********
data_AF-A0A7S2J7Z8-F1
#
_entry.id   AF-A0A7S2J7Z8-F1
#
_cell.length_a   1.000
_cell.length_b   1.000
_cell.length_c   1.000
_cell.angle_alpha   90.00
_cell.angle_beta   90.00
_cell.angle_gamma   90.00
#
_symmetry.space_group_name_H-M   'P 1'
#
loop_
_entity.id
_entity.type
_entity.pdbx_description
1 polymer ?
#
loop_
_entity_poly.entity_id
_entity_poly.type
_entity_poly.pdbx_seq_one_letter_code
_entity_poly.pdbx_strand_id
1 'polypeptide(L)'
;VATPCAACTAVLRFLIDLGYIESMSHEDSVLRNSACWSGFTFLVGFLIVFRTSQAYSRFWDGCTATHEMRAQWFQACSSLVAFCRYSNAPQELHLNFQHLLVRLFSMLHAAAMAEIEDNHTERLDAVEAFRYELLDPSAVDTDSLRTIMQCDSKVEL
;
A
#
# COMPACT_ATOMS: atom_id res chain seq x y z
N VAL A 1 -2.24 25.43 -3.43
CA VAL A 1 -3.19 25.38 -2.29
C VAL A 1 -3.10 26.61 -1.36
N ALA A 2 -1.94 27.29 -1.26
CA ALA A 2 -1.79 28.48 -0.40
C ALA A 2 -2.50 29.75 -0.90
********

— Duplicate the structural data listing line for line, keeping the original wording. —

data_AF-A0A7S2J7Z8-F1
#
_entry.id   AF-A0A7S2J7Z8-F1
#
_cell.length_a   1.000
_cell.length_b   1.000
_cell.length_c   1.000
_cell.angle_alpha   90.00
_cell.angle_beta   90.00
_cell.angle_gamma   90.00
#
_symmetry.space_group_name_H-M   'P 1'
#
loop_
_entity.id
_entity.type
_entity.pdbx_description
1 polymer ?
#
loop_
_entity_poly.entity_id
_entity_poly.type
_entity_poly.pdbx_seq_one_letter_code
_entity_poly.pdbx_strand_id
1 'polypeptide(L)'
;VATPCAACTAVLRFLIDLGYIESMSHEDSVLRNSACWSGFTFLVGFLIVFRTSQAYSRFWDGCTATHEMRAQWFQACSSLVAFCRYSNAPQELHLNFQHLLVRLFSMLHAAAMAEIEDNHTERLDAVEAFRYELLDPSAVDTDSLRTIMQCDSKVEL
;
A
#
# COMPACT_ATOMS: atom_id res chain seq x y z
N VAL A 1 -2.24 25.43 -3.43
CA VAL A 1 -3.19 25.38 -2.29
C VAL A 1 -3.10 26.61 -1.36
N ALA A 2 -1.94 27.29 -1.26
CA ALA A 2 -1.79 28.48 -0.40
C ALA A 2 -2.50 29.75 -0.90